Publication

Coinciding with the reopening of its galleries of Chinese art, the museum has published Art of China: Highlights from the Philadelphia Museum of Art, in association with Yale University Press (256 pp.) This lavishly illustrated book features nearly one hundred highlights ranging from antiquity to the present day. It includes an introductory essay by Dr. Kinoshita about the collection’s formation, illuminating its unique character and importance. The volume ($45) is now available for purchase in the Museum Store or online via philamuseum.org.

Paper over board
256 pages
9 x 11 inches
Philadelphia Museum of Art, 2018
ISBN-10: 0300237103
ISBN-13: 978-0300237108

Support

The reinstallation of the museum’s galleries of Chinese Art was made possible by the E. Rhodes and Leona B. Carpenter Foundation Hannah L. Henderson, Marguerite Lenfest, Maxine de S. Lewis, June and Simon K.C. Li, Joan F. Thalheimer, Andrea Baldeck, M.D., Sueyun and Gene Locks, Peter A. Benoliel and Willo Carey, Barbara B. and Theodore R. Aronson, The Women’s Committee of the Philadelphia Museum of Art, Cynthia L. Johnson, Frank S. Bayley, Suzanne F. Boda and George W. Grindahl, Dr. Alan M. and Deena Gu Laties, Peggy Wachs, two anonymous donors, and other generous donors.

About the Collection of Chinese Art

The Philadelphia Museum of Art houses one of the country’s earliest Chinese art collections, initially established through purchases made at the Centennial International Exhibition held in Philadelphia in 1876. Today it includes more than 7000 works in a wide range of media spanning more than 4000 years. Strengths include Tang dynasty (618–907) tomb figures, Song dynasty (960–1127) ceramics as well as Ming (1368–1644) and Qing dynasty (1644–1911) imperial art and Buddhist sculpture. The collection includes more than 500 paintings, dating from the 12th to the 20th centuries, as well as costumes and textiles, furniture, jades, lacquer wares, and cloisonné. It also features three remarkable architectural interiors: an early 15th century coffered ceiling from an imperial Buddhist temple, a 17th century painted wood reception hall, and an 18th century scholar’s study that provide context for the collection and an exceptional immersive experience.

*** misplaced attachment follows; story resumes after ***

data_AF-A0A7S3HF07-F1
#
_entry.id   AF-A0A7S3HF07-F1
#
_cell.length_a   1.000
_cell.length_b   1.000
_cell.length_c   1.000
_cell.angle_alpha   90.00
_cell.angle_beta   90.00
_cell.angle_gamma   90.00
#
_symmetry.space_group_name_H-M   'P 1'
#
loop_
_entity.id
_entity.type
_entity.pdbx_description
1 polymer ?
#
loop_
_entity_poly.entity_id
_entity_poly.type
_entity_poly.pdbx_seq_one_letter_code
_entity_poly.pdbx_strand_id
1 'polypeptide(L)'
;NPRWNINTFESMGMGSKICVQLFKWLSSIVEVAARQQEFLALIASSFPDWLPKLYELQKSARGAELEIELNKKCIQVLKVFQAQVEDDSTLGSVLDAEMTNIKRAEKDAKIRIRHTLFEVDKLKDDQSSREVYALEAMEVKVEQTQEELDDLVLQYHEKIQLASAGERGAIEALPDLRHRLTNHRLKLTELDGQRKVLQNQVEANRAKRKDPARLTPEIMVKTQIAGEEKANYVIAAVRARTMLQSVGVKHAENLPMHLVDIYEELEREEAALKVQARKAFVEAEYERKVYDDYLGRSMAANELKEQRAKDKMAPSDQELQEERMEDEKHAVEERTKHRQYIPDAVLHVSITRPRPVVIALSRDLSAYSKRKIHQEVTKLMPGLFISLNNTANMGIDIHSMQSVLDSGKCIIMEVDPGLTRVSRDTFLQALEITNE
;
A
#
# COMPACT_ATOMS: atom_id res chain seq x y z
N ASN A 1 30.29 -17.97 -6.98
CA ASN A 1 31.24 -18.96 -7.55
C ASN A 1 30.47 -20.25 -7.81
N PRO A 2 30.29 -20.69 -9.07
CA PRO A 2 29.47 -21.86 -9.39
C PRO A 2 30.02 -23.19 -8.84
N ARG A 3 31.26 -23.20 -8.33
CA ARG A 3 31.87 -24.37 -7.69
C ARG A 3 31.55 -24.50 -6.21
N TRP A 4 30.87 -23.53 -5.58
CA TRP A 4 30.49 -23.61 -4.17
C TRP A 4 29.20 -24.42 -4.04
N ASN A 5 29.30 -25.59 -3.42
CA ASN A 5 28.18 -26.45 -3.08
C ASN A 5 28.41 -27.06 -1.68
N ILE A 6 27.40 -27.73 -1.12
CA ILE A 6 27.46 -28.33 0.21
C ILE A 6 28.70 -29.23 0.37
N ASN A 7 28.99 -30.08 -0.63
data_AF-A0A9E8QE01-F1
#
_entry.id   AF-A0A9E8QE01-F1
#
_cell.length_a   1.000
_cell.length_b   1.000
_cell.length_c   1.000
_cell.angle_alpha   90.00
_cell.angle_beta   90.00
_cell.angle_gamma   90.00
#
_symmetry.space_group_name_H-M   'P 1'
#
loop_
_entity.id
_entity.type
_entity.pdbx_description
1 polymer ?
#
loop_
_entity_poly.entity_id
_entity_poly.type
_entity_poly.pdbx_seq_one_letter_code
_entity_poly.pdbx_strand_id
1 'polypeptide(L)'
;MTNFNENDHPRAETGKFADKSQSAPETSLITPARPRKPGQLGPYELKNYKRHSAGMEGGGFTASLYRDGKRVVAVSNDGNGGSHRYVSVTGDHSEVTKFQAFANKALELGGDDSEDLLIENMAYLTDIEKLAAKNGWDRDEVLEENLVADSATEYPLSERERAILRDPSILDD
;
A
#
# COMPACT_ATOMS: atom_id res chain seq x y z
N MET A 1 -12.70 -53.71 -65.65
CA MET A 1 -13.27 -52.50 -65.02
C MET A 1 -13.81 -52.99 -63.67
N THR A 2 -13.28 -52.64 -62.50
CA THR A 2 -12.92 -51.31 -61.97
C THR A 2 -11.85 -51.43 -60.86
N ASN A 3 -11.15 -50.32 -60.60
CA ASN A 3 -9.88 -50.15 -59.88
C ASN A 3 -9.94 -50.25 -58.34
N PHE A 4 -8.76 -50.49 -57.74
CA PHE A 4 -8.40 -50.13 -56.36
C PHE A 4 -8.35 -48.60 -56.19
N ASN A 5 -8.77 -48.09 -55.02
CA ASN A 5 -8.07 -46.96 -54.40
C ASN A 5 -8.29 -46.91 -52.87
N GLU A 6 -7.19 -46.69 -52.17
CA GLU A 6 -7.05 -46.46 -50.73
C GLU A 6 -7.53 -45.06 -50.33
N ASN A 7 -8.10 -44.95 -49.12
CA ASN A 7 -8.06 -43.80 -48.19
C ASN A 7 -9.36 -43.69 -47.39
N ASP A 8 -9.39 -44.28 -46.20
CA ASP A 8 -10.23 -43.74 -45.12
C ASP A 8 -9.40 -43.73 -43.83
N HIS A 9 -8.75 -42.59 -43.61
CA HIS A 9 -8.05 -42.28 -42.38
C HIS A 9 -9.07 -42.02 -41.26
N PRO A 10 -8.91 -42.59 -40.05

Related Programs

Family Festival: Lunar New Year
Sunday, February 3, 2019
10:00 a.m. – 3:00 p.m.
Great Stair Hall Balcony
Free after Pay What You Wish admission

Squeal with delight as we ring in the Year of the Pig.

  • Balcony Studio
    10:00 a.m.–3:00 p.m.
    Create a lunar calendar with teaching artist Ash Limés Castellana, known for her prints inspired by the moon.
  • Mini-Tours
    11:00 a.m.–3:00 p.m.
    (Tours depart at the top of the hour)
  • Dance Performances
    11:30 a.m. & 1:30 p.m.
    Enjoy performances inspired by ancient Chinese legends from the Nai-Ni Chen dance company.

Final Fridays: Celestial Bodies
Friday, February 22, 2019
5:00 p.m. – 8:45 p.m.
Free after admission

Explore the cosmos with telescopes from the Franklin Institute, and enjoy astrology and astronomy-inspired workshops with Alice Sparkly Kat, as well as performances by the Kun-Yang Lin Dancers. Presented in conjunction with the reopening of the Chinese Galleries

Museum Studio: Pop-Up Cards
Wednesday, February 27, 2019
6:00 p.m. – 8:30 p.m.
Meet in Great Stair HallPaid tickets required

$40 ($32 members); includes Museum admission

Search for auspicious symbols in our new Chinese galleries and then make your own pop-up cards with artist Colette Fu.

 

Image:
Musicians on Horseback, Tang dynasty (618-907), mid-7th century. Earthenware with traces of pigment.  Height of tallest 12 5/16 inches. Gift of Charles H. Ludington from the George Crofts Collection, 1923.